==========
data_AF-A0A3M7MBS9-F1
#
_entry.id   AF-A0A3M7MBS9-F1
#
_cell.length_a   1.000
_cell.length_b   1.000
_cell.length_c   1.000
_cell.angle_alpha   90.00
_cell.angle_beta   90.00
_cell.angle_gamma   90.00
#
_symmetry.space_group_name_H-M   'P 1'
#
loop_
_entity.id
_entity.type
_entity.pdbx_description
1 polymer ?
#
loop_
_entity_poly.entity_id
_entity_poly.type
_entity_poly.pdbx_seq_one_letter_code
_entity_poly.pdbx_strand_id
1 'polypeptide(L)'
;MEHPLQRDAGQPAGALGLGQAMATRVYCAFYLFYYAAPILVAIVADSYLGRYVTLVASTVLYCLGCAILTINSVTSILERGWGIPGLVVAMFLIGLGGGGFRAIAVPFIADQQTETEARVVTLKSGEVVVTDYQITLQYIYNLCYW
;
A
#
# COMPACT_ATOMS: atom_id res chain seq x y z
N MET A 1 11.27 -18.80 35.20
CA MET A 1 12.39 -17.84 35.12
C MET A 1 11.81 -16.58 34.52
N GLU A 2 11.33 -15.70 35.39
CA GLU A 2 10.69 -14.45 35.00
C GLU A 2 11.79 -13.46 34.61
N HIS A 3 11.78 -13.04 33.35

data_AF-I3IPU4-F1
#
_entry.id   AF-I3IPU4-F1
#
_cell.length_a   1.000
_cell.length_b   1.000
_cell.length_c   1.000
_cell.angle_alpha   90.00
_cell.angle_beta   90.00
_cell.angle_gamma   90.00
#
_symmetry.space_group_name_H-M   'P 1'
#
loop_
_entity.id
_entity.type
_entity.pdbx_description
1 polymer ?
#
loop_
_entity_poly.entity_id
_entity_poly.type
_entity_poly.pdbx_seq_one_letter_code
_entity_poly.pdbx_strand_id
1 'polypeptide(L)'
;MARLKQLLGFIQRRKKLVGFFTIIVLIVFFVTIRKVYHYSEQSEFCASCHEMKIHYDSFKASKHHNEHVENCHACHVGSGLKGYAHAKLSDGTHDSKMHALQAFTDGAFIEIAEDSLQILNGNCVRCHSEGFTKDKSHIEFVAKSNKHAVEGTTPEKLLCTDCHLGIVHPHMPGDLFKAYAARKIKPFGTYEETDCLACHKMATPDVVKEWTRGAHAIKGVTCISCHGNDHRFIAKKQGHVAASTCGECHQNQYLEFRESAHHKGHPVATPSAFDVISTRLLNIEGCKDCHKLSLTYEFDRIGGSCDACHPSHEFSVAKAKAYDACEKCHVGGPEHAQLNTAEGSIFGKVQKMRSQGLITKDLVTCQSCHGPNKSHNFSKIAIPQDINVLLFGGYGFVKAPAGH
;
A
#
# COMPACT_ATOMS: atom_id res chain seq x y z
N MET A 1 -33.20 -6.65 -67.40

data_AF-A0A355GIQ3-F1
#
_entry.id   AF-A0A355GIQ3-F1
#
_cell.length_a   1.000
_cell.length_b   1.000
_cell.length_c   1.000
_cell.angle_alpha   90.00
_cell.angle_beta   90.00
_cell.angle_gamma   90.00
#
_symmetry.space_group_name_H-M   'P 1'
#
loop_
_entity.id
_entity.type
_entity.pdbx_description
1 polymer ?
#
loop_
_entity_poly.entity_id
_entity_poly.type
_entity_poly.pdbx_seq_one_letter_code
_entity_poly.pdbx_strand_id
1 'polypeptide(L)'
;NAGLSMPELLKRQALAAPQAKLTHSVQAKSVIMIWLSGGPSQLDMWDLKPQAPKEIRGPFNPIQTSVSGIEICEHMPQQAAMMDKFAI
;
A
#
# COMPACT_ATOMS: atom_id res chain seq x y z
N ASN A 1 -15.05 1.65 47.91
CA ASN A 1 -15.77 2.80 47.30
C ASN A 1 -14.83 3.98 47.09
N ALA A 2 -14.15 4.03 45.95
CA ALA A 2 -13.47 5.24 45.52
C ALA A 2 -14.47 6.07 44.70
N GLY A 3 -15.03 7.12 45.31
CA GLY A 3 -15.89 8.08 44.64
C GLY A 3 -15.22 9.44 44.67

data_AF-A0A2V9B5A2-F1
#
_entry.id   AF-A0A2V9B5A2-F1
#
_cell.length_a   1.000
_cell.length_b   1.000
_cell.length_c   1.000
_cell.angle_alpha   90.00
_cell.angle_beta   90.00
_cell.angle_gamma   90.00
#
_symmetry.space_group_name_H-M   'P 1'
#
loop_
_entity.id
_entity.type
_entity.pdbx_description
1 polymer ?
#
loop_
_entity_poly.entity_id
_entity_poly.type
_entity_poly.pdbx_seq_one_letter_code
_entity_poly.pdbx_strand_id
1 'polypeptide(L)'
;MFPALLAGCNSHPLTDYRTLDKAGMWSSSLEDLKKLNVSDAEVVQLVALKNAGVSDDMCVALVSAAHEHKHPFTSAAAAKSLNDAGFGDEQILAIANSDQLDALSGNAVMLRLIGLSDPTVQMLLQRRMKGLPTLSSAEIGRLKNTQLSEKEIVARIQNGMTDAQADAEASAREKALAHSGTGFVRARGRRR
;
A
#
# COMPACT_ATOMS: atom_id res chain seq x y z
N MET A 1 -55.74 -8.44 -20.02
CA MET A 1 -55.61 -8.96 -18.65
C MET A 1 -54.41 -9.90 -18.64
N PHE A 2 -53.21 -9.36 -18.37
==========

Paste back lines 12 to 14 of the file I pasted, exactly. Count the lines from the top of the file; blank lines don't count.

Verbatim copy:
_symmetry.space_group_name_H-M   'P 1'
#
loop_